Fact Check

Fact check: Correcting math errors leads back to original finding: Wind power is affordable, reliable

Fact check: Correcting math errors leads back to original finding: Wind power is affordable, reliable
Editor's note: The Bozeman (Mont.) Daily Chronicle recently carried a column by Jeff Fox of the Renewable Northwest Project about the affordability of wind power generated by the Spion Kop wind farm in Montana. Shortly thereafter, a column appeared in the Chronicle from John Bushnell of investor-owned utility NorthWestern Energy, disputing Mr. Fox's statements about the economics of wind.  In this article, AWEA Senior Electric Industry Analyst Michael Goggin discusses errors in Mr. Bushnell's calculations.

I’d like to thank Mr. Bushnell for his positive words about wind energy, including that wind “is a strong viable component of NorthWestern’s energy portfolio.” However, Mr. Bushnell’s criticisms of how wind energy is integrated onto the power system contain three salient math errors that cause him to greatly overstate the challenge. Correcting for those errors leads back to the original conclusion expressed in Jeff Fox’s article that wind energy is being reliably integrated at lower cost than coal generation.

 

 

 
 
 
 
 
 
 
 
 
 
 
 
1. All power plants fail to produce from time to time, which is why grid operators use statistical tools to evaluate how much they can rely on various power plants to produce power on demand. As a notable example, the 740-MW Colstrip 4 coal-fired power plant Mr. Bushnell holds up as a resource that “can be called upon when needed and can be counted on at time of our customers’ peak need” is actually out of service for six months, including the summer peak demand period, after it unexpectedly and abruptly broke down on July 1 due to the failure of a critical component of the electrical generator. Colstrip #4 was also down for nine months in 2009, also including that year’s summer peak demand period, after another component failure at the plant.

Accommodating the failure of large conventional power plants is a significant burden for grid operators, as these typically occur instantaneously and without warning, requiring grid operators to keep hundreds or even thousands of megawatts of fast-acting reserves on standby at all times. In contrast, changes in wind output occur gradually and predictably, allowing grid operators to accommodate them at lower cost. In reality, grid operators are able to rely on a significant share of wind plant capacity for meeting peak electricity demand. While that share is higher for fuelled power plants like Colstrip #4, it is still well short of 100%, as evidenced by the fact that in 2 of the last 4 years the Colstrip #4 plant was totally unavailable during peak demand periods. This is not to say that fossil-fired power plants are unreliable, but rather to illustrate that the power system is operated reliably even though all individual power plants, including wind plants, do not always produce when needed.

2. Adding wind plants does not increase the need for power plant capacity, but rather actually decreases the need for power plant capacity. Because of reduced electricity demand and increased use of tools like demand response, most power systems in the U.S. have no need for additional power plants to meet electricity demand, so the value of capacity is very low or zero. Even if a power system does need additional capacity, adding a wind plant makes some contribution to that need. If the system does need more capacity, that need is caused by electricity demand and entirely unrelated to wind. Regardless, that need is often much more cost-effectively met through energy efficiency or demand response than by building a new power plant. For that reason, it is incorrect to assume that the economic value of new capacity is equal to the cost of a new gas power plant, as that capacity typically already exists on the power system for free or can be obtained at much lower cost through energy efficiency or demand response.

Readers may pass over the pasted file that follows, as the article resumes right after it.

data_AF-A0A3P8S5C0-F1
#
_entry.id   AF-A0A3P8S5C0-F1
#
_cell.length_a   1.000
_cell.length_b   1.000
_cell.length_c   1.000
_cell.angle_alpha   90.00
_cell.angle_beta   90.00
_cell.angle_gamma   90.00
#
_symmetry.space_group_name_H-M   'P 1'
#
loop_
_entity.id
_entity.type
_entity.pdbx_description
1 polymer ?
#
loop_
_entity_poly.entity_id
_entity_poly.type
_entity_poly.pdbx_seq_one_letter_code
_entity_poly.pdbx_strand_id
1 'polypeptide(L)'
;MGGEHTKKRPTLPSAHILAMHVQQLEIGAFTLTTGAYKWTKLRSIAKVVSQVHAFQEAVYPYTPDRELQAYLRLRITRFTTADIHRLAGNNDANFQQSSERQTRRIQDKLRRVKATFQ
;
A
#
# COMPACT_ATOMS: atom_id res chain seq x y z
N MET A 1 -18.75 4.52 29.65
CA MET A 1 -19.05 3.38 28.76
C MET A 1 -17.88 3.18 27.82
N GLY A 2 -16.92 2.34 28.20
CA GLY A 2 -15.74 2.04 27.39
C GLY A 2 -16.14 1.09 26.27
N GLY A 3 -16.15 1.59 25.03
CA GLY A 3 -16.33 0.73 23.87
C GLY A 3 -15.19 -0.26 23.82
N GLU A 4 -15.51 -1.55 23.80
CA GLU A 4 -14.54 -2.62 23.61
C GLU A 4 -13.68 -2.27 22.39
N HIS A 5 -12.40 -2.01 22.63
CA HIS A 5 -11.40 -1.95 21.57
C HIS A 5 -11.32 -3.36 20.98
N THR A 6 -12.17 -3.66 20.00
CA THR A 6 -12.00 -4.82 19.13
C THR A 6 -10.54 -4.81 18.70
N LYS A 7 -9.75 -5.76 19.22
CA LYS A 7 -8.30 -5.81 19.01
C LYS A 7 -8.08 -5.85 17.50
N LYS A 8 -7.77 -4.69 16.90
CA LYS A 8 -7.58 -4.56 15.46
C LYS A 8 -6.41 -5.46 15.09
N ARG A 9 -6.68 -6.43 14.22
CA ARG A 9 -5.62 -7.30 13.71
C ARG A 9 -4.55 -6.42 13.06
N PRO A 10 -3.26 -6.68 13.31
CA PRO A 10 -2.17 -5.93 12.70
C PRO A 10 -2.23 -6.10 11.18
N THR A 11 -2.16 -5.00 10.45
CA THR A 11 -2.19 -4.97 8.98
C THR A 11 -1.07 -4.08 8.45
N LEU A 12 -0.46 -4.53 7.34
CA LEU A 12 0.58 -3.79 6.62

3.  Even if one incorrectly assumes the need to add a new gas power plant (1 and 2 above explain why that is incorrect), Mr. Bushnell compounds that with the further error of adding the fuel cost for natural gas power plants that are added to provide capacity. Because such a gas plant is only needed to provide capacity to meet peak demand by virtue of being built, only the capital costs and not the fuel costs should be included. Mr. Bushnell’s argument is comparable to claiming that biking to work won’t reduce your family’s spending on gasoline, because you still have a car sitting in your garage at home. It is well-established in Federal Energy Regulatory Commission ratemaking that when natural gas power plants are needed to provide additional reserves, only the capital cost of those power plants should be recovered. Charging for fuel costs would be double-counting the energy that was already provided by the wind plant, and double-charging consumers for that energy.

After correcting for those three errors, the original conclusion that wind is more cost effective than Colstrip still stands.
 

Photo credit: First Wind

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Fact Check

Michael Goggin is Vice President at Grid Strategies LLC, a DC-area consulting firm working on grid and markets issues for clean energy clients including AWEA. He was previously head of Research at AWEA.

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